Management uses financial data to determine the success for the company. In the first two parts of the series, I discussed profitability and efficiency ratios. In this blog, I will be discussing liquidity ratios that management uses to meet their short term goals. The higher the ratio, the better the company is able to pay their short term debts. Liquidity is a measure of near term financial health.
The current ratio can be defined as a company’s ability to have enough liquid assets in order to meet their short term obligations. Liquid assets are assets that can be readily turned into cash, such as bank accounts, accounts receivable, etc. Every company wants this ratio to be above 1 as it explains that the company has enough resources to pay its short term debts, such as accounts payable and payroll liabilities. The current ratio can be calcluated as current assets over current liabilities.
Current Ratio = Current Assets/Current Liabilities
Current Ratio = $10,000/$5,000 = 2.0
So this means that the company has 2 times the amount of resources to cover short term obligations.
The quick ratio is a more stringent test of solvency than the current ratio. It assesses the strength of the business to pay short-term obligations without selling inventory or considering prepaid expenses. The quick ratio measures the dollar amount of the most liquid assets available for each dollar of current liabilities. This ratio can be calculated as:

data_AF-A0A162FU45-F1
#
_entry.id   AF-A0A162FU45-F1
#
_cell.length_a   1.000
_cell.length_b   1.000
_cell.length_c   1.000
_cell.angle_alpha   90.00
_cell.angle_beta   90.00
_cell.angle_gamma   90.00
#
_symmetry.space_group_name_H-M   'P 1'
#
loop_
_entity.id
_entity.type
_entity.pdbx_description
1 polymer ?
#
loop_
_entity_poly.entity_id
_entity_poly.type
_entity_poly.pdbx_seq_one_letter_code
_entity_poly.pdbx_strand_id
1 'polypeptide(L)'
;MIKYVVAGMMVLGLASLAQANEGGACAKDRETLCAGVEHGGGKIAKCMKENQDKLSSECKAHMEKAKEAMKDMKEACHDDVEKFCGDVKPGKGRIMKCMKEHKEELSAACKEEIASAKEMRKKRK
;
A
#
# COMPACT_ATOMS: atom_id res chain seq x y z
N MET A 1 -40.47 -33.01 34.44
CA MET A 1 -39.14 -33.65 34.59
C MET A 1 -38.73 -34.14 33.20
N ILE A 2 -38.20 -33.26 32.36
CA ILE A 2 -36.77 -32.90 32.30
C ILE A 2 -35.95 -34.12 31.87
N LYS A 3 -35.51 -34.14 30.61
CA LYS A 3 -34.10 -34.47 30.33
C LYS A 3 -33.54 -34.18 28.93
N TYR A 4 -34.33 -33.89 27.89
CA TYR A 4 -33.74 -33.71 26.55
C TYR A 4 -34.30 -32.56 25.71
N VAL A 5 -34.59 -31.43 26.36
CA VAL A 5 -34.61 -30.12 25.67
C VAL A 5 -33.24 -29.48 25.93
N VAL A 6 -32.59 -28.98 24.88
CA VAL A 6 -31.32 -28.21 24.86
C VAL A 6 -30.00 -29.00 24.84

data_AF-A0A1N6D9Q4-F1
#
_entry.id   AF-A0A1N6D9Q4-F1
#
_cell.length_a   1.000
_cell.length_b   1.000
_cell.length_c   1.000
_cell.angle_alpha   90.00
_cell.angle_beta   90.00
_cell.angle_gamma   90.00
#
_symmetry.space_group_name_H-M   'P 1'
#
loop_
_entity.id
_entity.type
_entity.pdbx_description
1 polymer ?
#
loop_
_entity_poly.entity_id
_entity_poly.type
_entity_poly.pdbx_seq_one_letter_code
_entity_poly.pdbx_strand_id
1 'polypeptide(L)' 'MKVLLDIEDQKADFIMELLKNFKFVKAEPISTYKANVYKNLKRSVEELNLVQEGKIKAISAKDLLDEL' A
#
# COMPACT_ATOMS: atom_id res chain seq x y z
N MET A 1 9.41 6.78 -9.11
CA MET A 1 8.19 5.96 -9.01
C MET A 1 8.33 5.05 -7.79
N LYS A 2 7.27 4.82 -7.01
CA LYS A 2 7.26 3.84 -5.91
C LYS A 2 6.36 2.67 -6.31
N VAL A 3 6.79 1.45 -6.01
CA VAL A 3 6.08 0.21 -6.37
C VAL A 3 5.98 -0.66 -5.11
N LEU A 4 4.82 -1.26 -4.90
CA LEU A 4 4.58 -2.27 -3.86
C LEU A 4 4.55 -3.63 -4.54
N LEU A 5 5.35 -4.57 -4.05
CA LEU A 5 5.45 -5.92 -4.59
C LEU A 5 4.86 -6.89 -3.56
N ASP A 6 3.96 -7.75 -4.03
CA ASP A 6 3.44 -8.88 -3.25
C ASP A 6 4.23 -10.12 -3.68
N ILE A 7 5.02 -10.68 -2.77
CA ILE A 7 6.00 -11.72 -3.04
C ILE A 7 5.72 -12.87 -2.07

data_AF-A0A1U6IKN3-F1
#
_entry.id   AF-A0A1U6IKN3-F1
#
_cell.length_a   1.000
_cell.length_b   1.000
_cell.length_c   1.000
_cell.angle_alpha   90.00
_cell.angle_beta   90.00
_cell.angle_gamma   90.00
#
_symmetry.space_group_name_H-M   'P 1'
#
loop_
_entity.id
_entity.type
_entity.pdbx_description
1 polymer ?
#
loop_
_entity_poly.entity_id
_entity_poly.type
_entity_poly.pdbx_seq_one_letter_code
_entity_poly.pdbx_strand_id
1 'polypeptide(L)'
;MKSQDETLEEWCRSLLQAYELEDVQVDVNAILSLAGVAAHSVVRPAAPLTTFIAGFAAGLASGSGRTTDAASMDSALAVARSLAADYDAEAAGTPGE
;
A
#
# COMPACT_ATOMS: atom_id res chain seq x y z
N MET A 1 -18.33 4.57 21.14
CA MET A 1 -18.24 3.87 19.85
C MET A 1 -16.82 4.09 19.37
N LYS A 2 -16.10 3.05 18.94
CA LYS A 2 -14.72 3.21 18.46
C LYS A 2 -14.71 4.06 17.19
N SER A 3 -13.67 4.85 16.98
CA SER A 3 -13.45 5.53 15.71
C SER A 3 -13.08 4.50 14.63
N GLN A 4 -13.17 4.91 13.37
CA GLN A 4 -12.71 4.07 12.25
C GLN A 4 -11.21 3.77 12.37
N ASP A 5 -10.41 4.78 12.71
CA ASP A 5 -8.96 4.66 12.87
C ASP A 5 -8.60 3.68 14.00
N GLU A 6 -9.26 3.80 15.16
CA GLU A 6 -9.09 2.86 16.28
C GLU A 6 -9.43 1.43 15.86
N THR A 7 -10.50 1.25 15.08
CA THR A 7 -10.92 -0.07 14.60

Quick Ratio = (Cash & Equivalents + Accounts Receivable + Marketable Securities)/Current Liabilities
Quick Ratio = ($3,000+$50,000 + $5,000)/$50,000 = 1.16
Operating Cash Flow Ratio
The operating cash flow ratio (OCF) shows how well the company’s cash flow from operations can cover current liabilities. Management usually relies on company cash flow to determine whether they can meet and pay short term debts or not. Profit and loss statements also tell whether company is profitable or not, but cash flow statements tell whether the company has positive or negative cash flow. This ratio can be calculated as:
OCF Ratio = Cash Flow from Operations / Current liabilities
OCF Ratio = $50,000/ $5,000 = 10.0
As with all financial ratios, their relevance is apparent when used comparatively or as a trend. When compared to other companies of similar size and industry, management can determine strengths and weaknesses. When viewed internally over a period of time, trends can be established to predict the effects of changes in operations.